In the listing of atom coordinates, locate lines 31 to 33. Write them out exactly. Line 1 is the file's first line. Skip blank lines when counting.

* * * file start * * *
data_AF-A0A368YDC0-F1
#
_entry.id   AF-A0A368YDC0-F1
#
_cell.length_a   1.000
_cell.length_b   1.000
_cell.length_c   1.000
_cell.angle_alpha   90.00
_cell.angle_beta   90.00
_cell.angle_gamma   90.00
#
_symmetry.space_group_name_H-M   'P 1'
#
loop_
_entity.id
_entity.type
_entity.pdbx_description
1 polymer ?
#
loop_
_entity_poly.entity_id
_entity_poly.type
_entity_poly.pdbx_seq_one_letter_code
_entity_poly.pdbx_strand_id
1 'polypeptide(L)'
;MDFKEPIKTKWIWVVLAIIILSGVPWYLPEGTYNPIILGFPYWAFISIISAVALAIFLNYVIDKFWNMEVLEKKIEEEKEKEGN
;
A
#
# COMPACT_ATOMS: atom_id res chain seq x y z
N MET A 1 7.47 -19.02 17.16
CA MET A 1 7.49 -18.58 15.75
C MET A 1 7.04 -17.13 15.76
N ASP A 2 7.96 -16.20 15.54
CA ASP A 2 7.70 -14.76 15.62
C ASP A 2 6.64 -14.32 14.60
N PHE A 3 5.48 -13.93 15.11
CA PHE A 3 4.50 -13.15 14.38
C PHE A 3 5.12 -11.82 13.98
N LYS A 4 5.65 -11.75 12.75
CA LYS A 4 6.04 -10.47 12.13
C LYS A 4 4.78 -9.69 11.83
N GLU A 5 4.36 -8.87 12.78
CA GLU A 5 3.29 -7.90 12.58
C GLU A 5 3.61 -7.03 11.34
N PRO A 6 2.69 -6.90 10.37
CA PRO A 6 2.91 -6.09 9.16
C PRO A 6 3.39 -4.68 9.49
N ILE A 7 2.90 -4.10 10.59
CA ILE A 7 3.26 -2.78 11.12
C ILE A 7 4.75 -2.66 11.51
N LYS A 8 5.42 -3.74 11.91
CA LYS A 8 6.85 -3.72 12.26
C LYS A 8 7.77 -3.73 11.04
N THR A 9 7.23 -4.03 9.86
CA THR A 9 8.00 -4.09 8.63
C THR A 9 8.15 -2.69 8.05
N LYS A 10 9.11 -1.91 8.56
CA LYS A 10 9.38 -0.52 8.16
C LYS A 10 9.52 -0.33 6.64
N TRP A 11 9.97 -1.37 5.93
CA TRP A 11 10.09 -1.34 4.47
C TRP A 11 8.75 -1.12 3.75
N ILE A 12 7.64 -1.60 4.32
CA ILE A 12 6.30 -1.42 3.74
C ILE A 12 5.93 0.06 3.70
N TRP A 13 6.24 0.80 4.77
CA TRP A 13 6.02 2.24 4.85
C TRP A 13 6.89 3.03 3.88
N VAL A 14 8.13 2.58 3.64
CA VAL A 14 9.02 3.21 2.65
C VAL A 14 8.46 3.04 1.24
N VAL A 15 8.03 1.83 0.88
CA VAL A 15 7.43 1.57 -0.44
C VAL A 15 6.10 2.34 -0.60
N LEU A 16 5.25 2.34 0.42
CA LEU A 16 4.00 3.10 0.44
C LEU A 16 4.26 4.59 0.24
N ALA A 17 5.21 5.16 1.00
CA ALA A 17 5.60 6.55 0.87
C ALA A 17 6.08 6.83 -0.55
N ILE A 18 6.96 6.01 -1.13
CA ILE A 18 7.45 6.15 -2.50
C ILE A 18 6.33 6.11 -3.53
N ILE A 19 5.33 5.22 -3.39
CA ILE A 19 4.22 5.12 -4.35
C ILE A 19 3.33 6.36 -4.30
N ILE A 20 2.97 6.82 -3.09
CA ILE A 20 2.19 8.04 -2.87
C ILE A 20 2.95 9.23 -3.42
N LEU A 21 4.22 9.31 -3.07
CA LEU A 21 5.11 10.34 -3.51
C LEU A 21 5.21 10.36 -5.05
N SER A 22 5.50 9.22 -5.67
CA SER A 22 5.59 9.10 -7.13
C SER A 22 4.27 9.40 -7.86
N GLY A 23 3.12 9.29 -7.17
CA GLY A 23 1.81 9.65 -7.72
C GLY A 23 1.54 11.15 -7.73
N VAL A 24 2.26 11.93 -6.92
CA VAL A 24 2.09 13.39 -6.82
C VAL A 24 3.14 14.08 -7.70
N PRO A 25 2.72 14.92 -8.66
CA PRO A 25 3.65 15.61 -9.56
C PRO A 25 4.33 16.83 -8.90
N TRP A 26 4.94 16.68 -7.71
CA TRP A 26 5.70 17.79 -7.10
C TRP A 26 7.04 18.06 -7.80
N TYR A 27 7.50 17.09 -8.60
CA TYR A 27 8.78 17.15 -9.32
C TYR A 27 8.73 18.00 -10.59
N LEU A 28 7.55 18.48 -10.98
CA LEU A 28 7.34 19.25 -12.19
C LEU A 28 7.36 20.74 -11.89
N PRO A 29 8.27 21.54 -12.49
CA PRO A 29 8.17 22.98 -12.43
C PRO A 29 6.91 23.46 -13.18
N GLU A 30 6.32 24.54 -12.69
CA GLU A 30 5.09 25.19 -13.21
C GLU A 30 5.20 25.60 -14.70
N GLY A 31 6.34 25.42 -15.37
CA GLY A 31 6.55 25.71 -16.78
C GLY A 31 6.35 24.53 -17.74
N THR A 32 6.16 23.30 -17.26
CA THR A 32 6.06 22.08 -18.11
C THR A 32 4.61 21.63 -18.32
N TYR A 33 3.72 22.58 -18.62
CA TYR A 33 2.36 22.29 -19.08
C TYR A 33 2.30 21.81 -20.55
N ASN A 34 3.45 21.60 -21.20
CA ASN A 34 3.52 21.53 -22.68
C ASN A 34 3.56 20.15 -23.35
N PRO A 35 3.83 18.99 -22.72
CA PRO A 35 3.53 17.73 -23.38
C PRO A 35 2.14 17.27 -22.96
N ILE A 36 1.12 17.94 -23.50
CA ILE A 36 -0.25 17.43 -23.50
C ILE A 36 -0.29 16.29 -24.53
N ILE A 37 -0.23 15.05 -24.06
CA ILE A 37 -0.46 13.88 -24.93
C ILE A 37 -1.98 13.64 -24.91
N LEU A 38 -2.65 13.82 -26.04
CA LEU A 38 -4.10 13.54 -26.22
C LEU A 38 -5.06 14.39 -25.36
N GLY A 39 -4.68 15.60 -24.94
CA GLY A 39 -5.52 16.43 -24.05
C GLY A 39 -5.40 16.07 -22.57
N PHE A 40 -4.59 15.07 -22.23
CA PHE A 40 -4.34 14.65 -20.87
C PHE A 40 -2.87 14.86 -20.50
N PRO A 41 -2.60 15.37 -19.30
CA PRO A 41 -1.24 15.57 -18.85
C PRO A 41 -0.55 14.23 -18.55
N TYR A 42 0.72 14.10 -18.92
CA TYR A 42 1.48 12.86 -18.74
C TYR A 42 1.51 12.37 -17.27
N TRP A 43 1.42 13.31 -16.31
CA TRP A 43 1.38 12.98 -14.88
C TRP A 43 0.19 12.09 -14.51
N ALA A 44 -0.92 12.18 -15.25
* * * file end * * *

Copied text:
N MET A 1 7.47 -19.02 17.16
CA MET A 1 7.49 -18.58 15.75
C MET A 1 7.04 -17.13 15.76